May 08, 2017

RBI’s Liquidity Management: A Technical Analysis

R K Pattnaik

The April 06, 2017 monetary policy committee resolution while keeping the policy repo rate unchanged at 6.25 per cent, increased the reverse repo rate under LAF to 6 per cent and marginal standing facility rate (MSF) to 6.50 per cent, focusing on the further narrowing of LAF corridor to bring the operating target of the monetary policy i.e. Weighted Average Call Rate (WACR) in alignment with the policy repo rate.

Thus, the focus of the liquidity management stance of RBI in the April policy has been directed towards three aspects viz; (a) surplus liquidity management, (b) narrowing of monetary policy rate corridor and (c) substitution of collateral under LAF term repos. It may be noted that the liquidity management policy stance of the RBI has been guided by the recommendations of the Urjit Patel Committee Report, January 2014. While the narrowing of policy repo rate corridor and substitution of collateral under LAF term repos are welcome, the approach and effectiveness of instruments pose some moral hazard and adverse selection problems.

In the above context, it is important to note that post demonetisation period, the overarching goal of RBI was to absorb the large structural surplus liquidity from the banking system in an undisruptive manner in order to bring the system closer to neutral position. In this situation, RBI engaged reverse repo which is the floor of the LAF corridor very frequently with variable rates and longer duration.

In the liquidity management guidance observed in the April 06, 2017 policy, the RBI has observed that for management of structural surplus liquidity, three instruments will be used viz; Market Stabilisation Scheme (MSS), Open Market Operations (OMOs) and Cash Management Bills (CMB) apart from fine tuning operations through variable rate repo and reverse repo auctions. As further observed by RBI, the liquidity conditions are expected to remain in surplus mode and may persist in 2017-18.

In the above context, it is pertinent to note that one of the important features under the new regime of MPC is the calibrated shift in the policy stance from accommodative to neutral. Accordingly, during the pre-demonetisation period (April 2016-November 08 2016), RBI proactively injected durable liquidity of Rs. 2.1 trillion in the form of OMO purchases, forex market operations and buy back of government securities. This resulted in a shift to a Rs. 64 billion liquidity surplus in Q3 of 2016-17 from a liquidity deficit of Rs. 813 billion.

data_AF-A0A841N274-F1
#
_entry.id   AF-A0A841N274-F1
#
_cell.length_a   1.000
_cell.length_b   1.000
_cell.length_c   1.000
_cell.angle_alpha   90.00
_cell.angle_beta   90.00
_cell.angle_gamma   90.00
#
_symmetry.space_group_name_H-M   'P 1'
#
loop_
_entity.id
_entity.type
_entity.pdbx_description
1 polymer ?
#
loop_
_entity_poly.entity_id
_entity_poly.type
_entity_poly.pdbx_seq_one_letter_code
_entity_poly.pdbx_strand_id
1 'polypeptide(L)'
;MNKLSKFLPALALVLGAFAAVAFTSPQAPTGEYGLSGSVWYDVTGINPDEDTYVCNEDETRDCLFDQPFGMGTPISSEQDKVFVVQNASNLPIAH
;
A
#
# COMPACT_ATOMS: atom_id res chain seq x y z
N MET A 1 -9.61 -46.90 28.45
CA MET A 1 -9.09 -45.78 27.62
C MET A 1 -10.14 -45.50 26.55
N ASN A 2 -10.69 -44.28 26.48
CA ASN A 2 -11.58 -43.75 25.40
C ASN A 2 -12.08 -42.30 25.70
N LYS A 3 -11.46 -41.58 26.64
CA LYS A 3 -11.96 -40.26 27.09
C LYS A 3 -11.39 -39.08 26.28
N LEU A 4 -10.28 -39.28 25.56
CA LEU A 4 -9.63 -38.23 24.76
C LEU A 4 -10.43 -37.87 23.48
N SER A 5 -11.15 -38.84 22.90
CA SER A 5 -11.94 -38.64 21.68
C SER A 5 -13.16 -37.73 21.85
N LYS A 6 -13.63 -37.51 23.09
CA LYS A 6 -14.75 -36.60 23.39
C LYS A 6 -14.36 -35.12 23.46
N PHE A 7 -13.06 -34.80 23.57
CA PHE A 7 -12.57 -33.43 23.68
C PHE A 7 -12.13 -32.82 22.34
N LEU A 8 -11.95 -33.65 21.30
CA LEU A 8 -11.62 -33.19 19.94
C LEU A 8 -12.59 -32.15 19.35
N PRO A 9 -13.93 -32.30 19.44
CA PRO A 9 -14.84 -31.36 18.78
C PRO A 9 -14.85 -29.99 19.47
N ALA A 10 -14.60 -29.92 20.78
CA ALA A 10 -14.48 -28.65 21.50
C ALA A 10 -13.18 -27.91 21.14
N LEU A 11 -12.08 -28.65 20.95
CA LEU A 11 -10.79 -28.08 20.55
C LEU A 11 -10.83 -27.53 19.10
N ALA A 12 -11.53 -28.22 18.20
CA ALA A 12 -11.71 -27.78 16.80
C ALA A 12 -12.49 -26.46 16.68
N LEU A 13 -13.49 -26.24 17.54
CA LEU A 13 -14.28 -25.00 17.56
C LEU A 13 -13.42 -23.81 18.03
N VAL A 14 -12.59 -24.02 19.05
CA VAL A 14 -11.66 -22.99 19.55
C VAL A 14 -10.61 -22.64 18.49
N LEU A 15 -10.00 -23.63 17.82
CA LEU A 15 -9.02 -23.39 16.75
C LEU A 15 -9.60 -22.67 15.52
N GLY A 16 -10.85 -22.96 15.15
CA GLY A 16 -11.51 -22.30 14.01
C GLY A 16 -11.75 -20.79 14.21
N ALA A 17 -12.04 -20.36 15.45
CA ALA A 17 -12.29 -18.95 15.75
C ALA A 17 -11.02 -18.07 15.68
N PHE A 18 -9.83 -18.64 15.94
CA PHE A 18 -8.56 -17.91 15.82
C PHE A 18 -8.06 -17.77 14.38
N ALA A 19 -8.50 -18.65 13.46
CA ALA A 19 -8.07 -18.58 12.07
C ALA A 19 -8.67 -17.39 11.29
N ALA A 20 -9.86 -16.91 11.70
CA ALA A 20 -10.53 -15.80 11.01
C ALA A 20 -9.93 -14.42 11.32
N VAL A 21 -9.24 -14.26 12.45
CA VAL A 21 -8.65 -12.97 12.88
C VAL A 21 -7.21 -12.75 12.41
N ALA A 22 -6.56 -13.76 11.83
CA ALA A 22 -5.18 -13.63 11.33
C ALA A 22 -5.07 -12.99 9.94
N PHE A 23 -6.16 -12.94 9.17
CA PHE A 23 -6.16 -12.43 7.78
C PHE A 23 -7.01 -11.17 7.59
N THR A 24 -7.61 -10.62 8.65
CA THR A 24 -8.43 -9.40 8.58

After demonetisation, currency in circulation declined by Rs. 8,997 billion up to January 06, 2017. Therefore, during the post demonetisation period, the overarching goal of RBI was to absorb the large structural surplus liquidity from the banking system with the following measures viz; temporary application of Incremental CRR (ICRR) of 100 per cent on the increase in Net Demand & Time Liabilities (NDTL) of banks between September 2016 and November 11 2016, open market sales of cash management bills (CMBs) issued under the Market Stabilisation Scheme and variable reverse repos.

The absorption of excess liquidity through ICCR was to the tune of about Rs. 4000 trillion. The scheme ended on December 09, 2016 with the enhancement of issuance of securities under MSS from Rs. 300 billion to Rs. 6,000 billion. The surplus liquidity was then managed through MSS and fine tuning of reverse repo. This reduced the liquidity surplus in the system to Rs. 3,141 billion. Thus, RBI absorbed a daily average surplus of liquidity of Rs. 4,024 billion ( post-demonitisation) in Q3 and Rs. 5,932 billion in Q4.

A few downside risks of surplus liquidity management as announced in the April policy are in order.

Higher magnitude of absorption of liquidity through MSS and CMB has adverse implications for the government budget in terms of interest outgo there by fueling the magnitude of revenue deficit and fiscal deficit. Besides, the government has not taken any budget approval for MSS amount for fiscal 2017-18. This development is a pointer to the lack of policy coordination between the government and the RBI with regard to addressing surplus liquidity resulting out of demonetisation.

OMO is an important indirect instrument of monetary policy. However, past experience suggests that there is a lack of interest on the part of banks to actively participate in the market as while taking a decision on the OMO purchase/sale, they have to in fact take a decision on the interest rate while bidding.

More importantly, the government will also borrow from the market as part of the market borrowing programme for fiscal 2017-18. As indicated in the calendar released by RBI, the government will enter the market on an average in every week with an average magnitude of around Rs.40,000 – Rs. 50,000 crore. This has implications for OMO sales and also moral hazard problems for RBI, balancing the act of debt manger and monetary authority.

In view of the foregoing, in effect, the reverse repo will share the major burden of absorbing surplus liquidity. There are two associated problems viz; (a) the expenditure on interest outgo (net) of RBI will be higher, which in effect will impact the surplus position of RBI and may translate to lower profit transfer to government and (b) with frequent recourse to reverse repo with higher magnitude, the fine tuning nature of this instrument will be jeopardised.

It may be noted that there is still unfinished agenda with RBI in terms of full implementation of the Patel Committee recommendations in respect of Phase II. One important paradigm shift is to move to a 14-day term repo as the operating target in place of WACR. It is appropriate that RBI should bring out a medium term timeframe for implementation of the Patel committee recommendation on liquidity management for phase II.

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